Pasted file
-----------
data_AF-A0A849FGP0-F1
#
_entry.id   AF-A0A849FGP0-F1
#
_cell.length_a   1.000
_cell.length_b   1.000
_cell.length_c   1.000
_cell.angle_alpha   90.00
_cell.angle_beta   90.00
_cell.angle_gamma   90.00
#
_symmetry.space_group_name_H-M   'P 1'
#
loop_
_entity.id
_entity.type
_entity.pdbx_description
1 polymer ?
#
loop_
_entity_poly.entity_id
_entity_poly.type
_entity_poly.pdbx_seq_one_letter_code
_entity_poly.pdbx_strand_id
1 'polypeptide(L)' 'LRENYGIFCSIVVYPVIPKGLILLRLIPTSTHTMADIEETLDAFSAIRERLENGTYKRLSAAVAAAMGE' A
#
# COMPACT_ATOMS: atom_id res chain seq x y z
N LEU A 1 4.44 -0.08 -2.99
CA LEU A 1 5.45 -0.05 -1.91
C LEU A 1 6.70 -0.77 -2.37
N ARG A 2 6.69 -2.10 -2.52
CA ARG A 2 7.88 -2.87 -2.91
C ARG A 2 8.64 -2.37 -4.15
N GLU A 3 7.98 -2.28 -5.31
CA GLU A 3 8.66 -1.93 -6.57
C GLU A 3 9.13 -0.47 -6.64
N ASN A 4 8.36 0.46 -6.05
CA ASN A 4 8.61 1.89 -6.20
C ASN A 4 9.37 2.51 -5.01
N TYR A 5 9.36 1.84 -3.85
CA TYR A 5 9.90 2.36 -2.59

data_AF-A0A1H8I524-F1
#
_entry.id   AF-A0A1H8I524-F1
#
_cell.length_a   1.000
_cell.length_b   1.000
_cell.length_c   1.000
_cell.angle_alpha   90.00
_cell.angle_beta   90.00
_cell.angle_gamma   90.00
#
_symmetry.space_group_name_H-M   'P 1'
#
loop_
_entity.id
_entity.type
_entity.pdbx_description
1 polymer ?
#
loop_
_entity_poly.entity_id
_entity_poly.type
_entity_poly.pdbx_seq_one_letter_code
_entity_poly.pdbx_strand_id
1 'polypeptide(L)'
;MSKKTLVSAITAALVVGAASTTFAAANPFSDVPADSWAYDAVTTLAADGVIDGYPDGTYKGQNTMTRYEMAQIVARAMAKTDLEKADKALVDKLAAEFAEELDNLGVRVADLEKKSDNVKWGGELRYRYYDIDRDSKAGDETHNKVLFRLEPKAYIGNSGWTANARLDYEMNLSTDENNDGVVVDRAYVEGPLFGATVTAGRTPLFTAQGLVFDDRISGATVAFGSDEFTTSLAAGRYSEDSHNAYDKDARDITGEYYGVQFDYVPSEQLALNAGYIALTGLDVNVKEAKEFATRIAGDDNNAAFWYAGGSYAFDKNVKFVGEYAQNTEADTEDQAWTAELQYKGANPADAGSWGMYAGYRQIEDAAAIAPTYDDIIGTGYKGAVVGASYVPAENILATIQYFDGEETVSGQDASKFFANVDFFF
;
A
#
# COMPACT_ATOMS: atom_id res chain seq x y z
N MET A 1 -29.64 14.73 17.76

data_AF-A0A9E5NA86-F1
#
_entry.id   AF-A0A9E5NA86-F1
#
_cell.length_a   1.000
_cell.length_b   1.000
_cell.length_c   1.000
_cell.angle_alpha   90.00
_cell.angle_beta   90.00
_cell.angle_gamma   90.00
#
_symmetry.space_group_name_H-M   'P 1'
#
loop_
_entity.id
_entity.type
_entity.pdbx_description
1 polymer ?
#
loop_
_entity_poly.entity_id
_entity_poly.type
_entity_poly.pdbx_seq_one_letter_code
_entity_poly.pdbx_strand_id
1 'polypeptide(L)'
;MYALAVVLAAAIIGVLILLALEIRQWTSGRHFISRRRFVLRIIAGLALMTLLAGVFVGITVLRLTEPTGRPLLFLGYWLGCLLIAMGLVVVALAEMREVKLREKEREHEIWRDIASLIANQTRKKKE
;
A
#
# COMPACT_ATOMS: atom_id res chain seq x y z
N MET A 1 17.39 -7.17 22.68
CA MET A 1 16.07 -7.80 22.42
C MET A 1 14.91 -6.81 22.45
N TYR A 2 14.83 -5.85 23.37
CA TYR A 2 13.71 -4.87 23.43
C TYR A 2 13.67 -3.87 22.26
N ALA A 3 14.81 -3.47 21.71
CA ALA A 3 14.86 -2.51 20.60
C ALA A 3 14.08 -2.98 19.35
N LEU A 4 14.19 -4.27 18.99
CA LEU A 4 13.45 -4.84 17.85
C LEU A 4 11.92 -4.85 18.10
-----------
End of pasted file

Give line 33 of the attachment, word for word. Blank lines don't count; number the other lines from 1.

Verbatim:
C ARG A 2 8.64 -2.37 -4.15